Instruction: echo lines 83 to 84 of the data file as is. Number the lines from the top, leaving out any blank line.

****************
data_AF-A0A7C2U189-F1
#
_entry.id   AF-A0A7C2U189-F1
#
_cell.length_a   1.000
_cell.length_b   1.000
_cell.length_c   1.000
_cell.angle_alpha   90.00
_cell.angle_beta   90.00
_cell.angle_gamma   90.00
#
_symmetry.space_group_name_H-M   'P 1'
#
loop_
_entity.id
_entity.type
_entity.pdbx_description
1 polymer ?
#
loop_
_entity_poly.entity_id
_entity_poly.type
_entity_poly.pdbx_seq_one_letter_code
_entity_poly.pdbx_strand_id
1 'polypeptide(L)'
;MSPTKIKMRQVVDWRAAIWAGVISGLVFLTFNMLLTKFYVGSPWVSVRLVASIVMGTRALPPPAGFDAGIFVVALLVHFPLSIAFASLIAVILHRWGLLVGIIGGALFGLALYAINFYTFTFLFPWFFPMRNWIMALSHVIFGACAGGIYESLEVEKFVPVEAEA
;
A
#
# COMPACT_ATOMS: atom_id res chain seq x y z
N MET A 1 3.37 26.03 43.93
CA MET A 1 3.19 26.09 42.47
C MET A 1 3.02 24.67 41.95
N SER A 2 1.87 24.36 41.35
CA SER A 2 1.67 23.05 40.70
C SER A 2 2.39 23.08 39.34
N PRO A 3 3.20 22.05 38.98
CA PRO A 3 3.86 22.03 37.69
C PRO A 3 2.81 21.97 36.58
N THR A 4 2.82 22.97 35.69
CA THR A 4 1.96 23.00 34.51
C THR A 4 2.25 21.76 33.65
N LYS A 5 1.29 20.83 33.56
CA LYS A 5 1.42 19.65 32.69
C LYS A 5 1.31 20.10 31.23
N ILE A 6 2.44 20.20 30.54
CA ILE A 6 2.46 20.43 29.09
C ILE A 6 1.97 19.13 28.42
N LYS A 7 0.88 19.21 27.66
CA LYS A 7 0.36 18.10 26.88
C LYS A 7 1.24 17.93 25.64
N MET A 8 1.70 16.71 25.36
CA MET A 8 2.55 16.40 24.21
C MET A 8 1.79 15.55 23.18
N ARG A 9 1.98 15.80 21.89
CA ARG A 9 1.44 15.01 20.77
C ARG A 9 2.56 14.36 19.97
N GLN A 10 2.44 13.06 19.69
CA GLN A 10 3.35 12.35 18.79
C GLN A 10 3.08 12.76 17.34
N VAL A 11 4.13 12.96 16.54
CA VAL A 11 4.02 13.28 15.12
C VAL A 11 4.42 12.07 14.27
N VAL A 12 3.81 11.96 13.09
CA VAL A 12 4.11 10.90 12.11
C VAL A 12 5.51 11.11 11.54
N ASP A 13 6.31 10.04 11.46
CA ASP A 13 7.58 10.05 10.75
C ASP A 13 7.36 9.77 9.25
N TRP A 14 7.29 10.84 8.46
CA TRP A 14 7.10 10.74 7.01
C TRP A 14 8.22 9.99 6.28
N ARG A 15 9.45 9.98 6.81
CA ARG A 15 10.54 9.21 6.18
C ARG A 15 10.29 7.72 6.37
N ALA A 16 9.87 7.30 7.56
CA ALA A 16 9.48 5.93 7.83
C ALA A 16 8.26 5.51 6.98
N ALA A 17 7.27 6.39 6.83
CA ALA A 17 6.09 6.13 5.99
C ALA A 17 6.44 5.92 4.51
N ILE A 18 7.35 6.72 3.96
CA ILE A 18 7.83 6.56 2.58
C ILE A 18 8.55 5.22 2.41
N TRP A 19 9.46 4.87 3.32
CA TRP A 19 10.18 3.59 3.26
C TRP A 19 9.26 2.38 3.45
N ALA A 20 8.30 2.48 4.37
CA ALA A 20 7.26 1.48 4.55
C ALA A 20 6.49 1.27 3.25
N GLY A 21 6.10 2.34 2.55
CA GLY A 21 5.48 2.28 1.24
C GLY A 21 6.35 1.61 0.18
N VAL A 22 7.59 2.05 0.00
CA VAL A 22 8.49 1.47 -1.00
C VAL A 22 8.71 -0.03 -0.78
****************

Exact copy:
CA ILE A 18 7.83 6.56 2.58
C ILE A 18 8.55 5.22 2.41